Action (B): Action movies that are set in ancient or medieval times have always caught my interest mainly due to my love for history. When I see those types of movies the battle scenes and fighting styles have to be accurate. If they are not, you can expect people, myself included, to get pissed and call it crap. Movies like Gladiator, 300, Alexander, and Kingdom of Heaven correctly displayed the battle techniques used during those periods thus adding to the films authenticity. While Robin Hood’s plot may have not been the strongest I did like the battle scenes. The combination of archers, cavalry, and infantry proved to be England’s greatest strength during times of war. There was a decent amount of action throughout the story however I felt that battle scene at the end of the film was too short and anticlimactic. I don’t need a 25 minutes battle scene, but something a little more than 7 minutes works for me.

    Acting and Dialogue (B-): It goes without saying that Russell Crowe is a very good actor. His dedication to this role is clearly seen throughout the film. From his accent to his skill with the bow and arrow one must applaud his effort. Does Crowe have the same impact as he did in Gladiator? Certainly not. However, he correctly portrays a man who holds his morals very high. Cate Blanchett appropriately fitted the role of Marion: strong, stubborn, loyal, and a tender loving heart. I expected much more from Mark Strong. After seeing his villainous role as Lord Blackwood in Sherlock Holmes I was confident that he would deliver as Godfrey, the Englishman who betrayed his country for France, however that was not the case. He came off a bit dull in my eyes but I think that was just his character. He probably would have been better for the role of King John although that would have meant even less screen time for him. Danny Huston (X-Men Origins: Wolverine and The Constant Gardener) who played King Richard was a delight to see. His acting was entertaining and properly gave life to man who has been dead for 811 years. What I thought was really funny about him was the way he looked. Huston looked extremely similar to the Lion from The Wizard of Oz after he got that makeover in palace…no joke. He sported long curly hair and thick beard. How appropriate if you think about it.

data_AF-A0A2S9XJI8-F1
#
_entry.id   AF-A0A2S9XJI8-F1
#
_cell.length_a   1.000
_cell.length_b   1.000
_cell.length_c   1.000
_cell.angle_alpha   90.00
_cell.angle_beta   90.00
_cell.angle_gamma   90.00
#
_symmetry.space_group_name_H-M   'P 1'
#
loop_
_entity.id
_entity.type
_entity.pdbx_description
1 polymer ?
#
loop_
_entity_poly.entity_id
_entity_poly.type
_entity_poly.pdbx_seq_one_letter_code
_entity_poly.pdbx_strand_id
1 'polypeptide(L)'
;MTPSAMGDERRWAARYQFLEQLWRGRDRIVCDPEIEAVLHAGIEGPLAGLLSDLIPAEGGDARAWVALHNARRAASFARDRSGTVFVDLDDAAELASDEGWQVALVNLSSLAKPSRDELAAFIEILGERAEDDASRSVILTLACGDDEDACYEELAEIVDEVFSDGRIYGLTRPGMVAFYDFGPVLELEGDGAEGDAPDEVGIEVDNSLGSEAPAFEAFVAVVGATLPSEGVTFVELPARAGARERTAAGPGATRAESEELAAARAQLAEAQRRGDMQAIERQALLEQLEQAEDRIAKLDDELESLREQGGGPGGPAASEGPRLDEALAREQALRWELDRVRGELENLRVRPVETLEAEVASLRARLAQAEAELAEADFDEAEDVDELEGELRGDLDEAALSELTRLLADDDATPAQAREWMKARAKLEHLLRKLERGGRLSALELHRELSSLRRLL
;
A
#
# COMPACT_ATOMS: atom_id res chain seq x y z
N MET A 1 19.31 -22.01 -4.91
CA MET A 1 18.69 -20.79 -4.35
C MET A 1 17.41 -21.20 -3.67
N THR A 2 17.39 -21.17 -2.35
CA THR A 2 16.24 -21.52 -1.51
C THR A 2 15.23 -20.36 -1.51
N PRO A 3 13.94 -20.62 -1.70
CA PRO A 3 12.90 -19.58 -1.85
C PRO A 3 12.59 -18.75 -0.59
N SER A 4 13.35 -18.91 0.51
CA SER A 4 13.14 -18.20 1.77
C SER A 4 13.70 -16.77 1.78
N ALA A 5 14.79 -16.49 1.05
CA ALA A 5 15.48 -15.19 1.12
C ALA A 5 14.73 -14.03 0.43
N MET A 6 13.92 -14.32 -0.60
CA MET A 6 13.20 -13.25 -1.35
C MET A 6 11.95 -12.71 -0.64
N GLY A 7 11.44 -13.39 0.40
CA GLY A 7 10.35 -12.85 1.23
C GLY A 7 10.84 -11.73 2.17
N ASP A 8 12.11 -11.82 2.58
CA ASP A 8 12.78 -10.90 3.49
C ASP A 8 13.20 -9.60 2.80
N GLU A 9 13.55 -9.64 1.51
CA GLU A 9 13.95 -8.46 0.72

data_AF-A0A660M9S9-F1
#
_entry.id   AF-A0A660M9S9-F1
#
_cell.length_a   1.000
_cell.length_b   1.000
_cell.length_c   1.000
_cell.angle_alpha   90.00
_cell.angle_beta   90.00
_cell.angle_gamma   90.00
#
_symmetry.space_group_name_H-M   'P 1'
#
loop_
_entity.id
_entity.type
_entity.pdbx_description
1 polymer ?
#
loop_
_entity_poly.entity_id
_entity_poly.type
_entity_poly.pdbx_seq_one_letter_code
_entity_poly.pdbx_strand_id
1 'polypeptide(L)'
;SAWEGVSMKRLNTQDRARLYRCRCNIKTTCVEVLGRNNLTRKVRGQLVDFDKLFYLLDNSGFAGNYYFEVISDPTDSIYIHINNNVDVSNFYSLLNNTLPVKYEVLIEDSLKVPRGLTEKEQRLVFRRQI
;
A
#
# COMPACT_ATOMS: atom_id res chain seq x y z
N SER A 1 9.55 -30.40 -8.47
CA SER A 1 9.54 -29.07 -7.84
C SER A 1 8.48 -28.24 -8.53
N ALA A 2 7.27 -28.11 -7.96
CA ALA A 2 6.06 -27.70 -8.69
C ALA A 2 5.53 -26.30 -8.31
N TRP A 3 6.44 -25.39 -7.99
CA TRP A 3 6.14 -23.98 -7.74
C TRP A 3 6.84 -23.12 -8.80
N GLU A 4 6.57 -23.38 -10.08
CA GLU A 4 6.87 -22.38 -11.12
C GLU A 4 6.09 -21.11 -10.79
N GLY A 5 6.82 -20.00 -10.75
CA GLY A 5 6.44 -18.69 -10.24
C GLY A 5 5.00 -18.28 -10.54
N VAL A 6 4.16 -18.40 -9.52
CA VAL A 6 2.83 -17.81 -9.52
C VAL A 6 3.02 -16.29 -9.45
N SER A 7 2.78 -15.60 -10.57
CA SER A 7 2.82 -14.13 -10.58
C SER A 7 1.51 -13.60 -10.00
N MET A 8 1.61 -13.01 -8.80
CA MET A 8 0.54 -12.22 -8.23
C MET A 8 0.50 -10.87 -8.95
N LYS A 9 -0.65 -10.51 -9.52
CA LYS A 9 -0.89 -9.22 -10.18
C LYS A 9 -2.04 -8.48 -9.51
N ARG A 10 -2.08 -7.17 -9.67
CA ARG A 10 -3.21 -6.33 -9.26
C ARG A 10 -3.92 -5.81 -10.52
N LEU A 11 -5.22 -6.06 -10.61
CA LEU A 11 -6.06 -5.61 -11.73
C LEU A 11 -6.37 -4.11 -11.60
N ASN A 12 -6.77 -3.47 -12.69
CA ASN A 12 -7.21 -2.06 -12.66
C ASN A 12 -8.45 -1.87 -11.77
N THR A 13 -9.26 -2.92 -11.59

Sex Appeal: N/A

    Director (B): Every time I watch a new Ridley Scott movie I know I’m in for some type of treat. His films range from being elaborately beautiful to simplistic and bloody. No matter what direction he decides to go in you can rest assure a good story will be told. Here’s a man who directed a variety of classics such as: Alien, Blade Runner, Thelma and Louise, and Gladiator. These are only a fraction of the quality movies he has directed in his time and I feel ashamed not to mention them (I HIGHLY recommend Matchstick Men with Nicholas Cage…HIGHLY). As usual Scott incorporated the same style of directing as he always does in these dramatic action films. The camera is up close and personal with the actors to provide a deeper connection with the audience. The battle scenes are properly filmed with a combination of wide aerial and ground shots. Due to my vast amount knowledge I did spot a carbon copy action scene from Gladiator and I felt that was a cop out. (If you care to know what it is just ask) As I mentioned earlier the film was a bit long…2 ½ hours to be exact. Still, Scott should be praised for his efforts.